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Managing a team remotely during COVID-19 has presented its own set of challenges, particularly for business leaders like me who are used to having open-door policies at work. We know our employees are facing new struggles and fears. They have all sorts of questions about the direction of the company, what’s expected of them, which projects are on hold, and more.
But with the added prospects of caring for sick loved ones and kids at home while still trying to get their work done, many don’t have as much time to address these questions. This is especially true for workers who are putting in extra hours to try to help some of the most vulnerable people during this crisis.
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Meanwhile, managers’ schedules are much tighter as well. Together with executives, they’re tasked with transforming daily operations and keeping the business afloat in unprecedented circumstances. And in some cases, as layoffs are on the rise, businesses are trying to get more done with fewer employees.
All this can make it especially difficult to give necessary attention to employees’ concerns. Over the last few months, I’ve begun a new system that has proven extremely productive and works particularly well with remotely located employees. This system has led to concrete changes that have resolved problems and advanced our corporate culture during the pandemic.
15-Minute One-On-Ones in a Compressed Time Frame
The system begins with scheduling 15-minute individual meetings with each team member. I try to do all of these short one-on-ones within two weeks.
As Steven Rogelberg, author of The Surprising Science of Meetings (and MIT SMR contributor), explained at TED.com, “A 10- or 15-minute meeting is a great tool that every leader should consider. Done effectively, short meetings with a focused agenda can have tremendously positive effects. Plus, they align with the existing research on limited human attention spans and fatigue.”
While these benefits can apply to group meetings, I’ve found that they’re just as powerful in individual sessions. We get straight to the most important issues that are forefront on my employees’ minds.
Holding these meetings individually, rather than in small groups, helps me ensure that I hear from everyone. Some businesses do group meetings with a round-robin approach, in which each person is given a chance to speak. But some people are naturally less inclined to be talkative when others are listening. By setting aside one-on-one time, I maximize each individual employee’s psychological safety and ensure that they know they’re heard.
By packing these individual meetings closely together, I quickly identify common themes raised by employees across the organization so I know what issues need to be addressed right away. If I were to spread these meetings out across a month, the similarities among what my employees say would be less striking. And I’d be showing them that I’m in no rush to mitigate the challenges they’re facing.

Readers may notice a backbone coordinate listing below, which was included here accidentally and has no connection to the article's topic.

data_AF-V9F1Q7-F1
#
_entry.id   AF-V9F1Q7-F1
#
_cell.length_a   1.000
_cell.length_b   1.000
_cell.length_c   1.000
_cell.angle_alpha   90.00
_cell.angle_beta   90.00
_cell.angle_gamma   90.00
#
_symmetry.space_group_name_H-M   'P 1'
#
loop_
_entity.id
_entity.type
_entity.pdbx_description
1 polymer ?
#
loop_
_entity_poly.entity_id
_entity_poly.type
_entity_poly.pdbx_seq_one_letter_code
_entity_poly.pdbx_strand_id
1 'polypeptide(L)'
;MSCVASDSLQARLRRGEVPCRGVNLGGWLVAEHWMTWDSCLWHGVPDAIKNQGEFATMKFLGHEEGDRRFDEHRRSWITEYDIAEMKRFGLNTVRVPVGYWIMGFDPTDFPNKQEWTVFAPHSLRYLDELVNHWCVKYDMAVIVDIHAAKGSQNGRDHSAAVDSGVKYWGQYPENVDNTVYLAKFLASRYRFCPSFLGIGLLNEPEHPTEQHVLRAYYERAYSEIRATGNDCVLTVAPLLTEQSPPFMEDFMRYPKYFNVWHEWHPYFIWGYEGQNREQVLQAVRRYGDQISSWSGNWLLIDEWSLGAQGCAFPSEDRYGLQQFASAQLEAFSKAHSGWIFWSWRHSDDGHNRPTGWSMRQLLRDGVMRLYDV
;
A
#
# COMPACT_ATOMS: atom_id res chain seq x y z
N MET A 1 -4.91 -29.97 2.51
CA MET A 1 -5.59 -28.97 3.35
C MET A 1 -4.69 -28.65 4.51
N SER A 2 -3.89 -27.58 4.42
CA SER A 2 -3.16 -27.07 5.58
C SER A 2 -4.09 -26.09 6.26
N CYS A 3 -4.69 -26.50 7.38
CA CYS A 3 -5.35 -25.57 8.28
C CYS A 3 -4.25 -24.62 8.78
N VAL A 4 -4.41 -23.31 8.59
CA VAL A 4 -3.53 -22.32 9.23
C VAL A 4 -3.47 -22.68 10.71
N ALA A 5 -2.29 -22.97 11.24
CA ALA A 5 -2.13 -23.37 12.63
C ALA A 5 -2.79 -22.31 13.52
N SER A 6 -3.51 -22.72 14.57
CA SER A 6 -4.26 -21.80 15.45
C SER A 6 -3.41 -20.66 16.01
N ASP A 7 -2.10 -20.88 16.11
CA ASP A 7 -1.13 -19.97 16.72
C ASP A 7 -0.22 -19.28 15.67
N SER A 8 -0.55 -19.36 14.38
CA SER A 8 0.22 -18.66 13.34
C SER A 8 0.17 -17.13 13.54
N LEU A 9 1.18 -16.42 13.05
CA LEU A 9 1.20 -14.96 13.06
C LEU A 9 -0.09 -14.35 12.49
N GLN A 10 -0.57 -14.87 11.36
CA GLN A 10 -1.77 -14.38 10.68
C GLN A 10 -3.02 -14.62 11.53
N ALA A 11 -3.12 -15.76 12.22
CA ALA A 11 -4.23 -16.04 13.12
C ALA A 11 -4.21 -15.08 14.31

I then repeat this process every six to eight weeks.
The ‘Traffic Lights’ Emotions System
I begin each meeting with something I learned through executive coaching organized by Flourish Ventures (a venture of Omidyar Network, an investor in my company).
I first ask the employee, “How are you feeling? Factor in everything going on around you, both personally and professionally.” I ask them to answer using a traffic lights system. “Green” means everything is good; “yellow” means overall OK, but some things are causing consternation; and “red” indicates great, pressing concerns.
This system has been used to help children understand and regulate emotions. But it’s useful to adults as well. In executive coaching sessions, I’ve found it to be an opportunity to check in with myself and really consider how I’m feeling. Then, through my answer and our discussion, I’m able to think through why I’m feeling this way — and what can be done about it.
When I use this system in one-on-ones with my team members, they open up about their professional and personal challenges. While some (like me) are dealing with kids at home, others are more immediately concerned for the health of older parents they live with. Some are feeling great stress over family members’ lost jobs, while others who live alone are battling a sense of isolation.
These short meetings have helped me find ways to streamline our operations, provide employees the flexibility they need, and perhaps most important, find new ways to enhance our culture in a virtual context. I discovered that employees were missing the camaraderie they experience at our offices in Atlanta and Los Angeles. (Our remote staff generally travels to the office every month or two, so they have those interactions as well.) We implemented a Thursday social Zoom call and sent snacks to people’s homes so they could simulate a workplace happy hour.
The pandemic shows no signs of abating anytime soon, and the challenges will continue to mount. It’s crucial that leaders and managers stay on top of what our employees need in order to meet those challenges — and show our teams that their voices will continue being heard.